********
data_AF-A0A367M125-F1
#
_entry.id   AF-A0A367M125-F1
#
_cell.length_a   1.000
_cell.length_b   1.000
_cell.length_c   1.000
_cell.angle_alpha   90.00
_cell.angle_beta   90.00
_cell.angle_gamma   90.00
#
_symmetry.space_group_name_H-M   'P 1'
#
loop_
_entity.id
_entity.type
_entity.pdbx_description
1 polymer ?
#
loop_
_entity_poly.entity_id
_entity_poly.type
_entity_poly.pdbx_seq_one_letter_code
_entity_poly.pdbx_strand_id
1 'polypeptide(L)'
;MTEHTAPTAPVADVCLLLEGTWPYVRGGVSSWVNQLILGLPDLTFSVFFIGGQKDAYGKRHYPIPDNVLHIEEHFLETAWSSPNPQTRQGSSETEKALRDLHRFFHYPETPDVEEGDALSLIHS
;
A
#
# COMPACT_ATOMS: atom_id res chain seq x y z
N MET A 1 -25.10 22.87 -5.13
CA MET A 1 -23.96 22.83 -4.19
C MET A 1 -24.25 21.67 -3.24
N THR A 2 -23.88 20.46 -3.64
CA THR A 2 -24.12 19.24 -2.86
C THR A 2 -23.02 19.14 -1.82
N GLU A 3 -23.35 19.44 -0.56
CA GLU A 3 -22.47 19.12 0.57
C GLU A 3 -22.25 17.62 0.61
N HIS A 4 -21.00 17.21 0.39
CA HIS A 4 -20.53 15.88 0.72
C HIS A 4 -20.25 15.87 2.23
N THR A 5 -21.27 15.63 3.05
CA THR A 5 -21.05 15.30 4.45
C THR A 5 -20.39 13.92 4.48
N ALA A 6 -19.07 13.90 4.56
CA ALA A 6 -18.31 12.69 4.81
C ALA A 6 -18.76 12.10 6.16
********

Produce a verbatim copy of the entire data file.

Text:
data_AF-A0A367M125-F1
#
_entry.id   AF-A0A367M125-F1
#
_cell.length_a   1.000
_cell.length_b   1.000
_cell.length_c   1.000
_cell.angle_alpha   90.00
_cell.angle_beta   90.00
_cell.angle_gamma   90.00
#
_symmetry.space_group_name_H-M   'P 1'
#
loop_
_entity.id
_entity.type
_entity.pdbx_description
1 polymer ?
#
loop_
_entity_poly.entity_id
_entity_poly.type
_entity_poly.pdbx_seq_one_letter_code
_entity_poly.pdbx_strand_id
1 'polypeptide(L)'
;MTEHTAPTAPVADVCLLLEGTWPYVRGGVSSWVNQLILGLPDLTFSVFFIGGQKDAYGKRHYPIPDNVLHIEEHFLETAWSSPNPQTRQGSSETEKALRDLHRFFHYPETPDVEEGDALSLIHS
;
A
#
# COMPACT_ATOMS: atom_id res chain seq x y z
N MET A 1 -25.10 22.87 -5.13
CA MET A 1 -23.96 22.83 -4.19
C MET A 1 -24.25 21.67 -3.24
N THR A 2 -23.88 20.46 -3.64
CA THR A 2 -24.12 19.24 -2.86
C THR A 2 -23.02 19.14 -1.82
N GLU A 3 -23.35 19.44 -0.56
CA GLU A 3 -22.47 19.12 0.57
C GLU A 3 -22.25 17.62 0.61
N HIS A 4 -21.00 17.21 0.39
CA HIS A 4 -20.53 15.88 0.72
C HIS A 4 -20.25 15.87 2.23
N THR A 5 -21.27 15.63 3.05
CA THR A 5 -21.05 15.30 4.45
C THR A 5 -20.39 13.92 4.48
N ALA A 6 -19.07 13.90 4.56
CA ALA A 6 -18.31 12.69 4.81
C ALA A 6 -18.76 12.10 6.16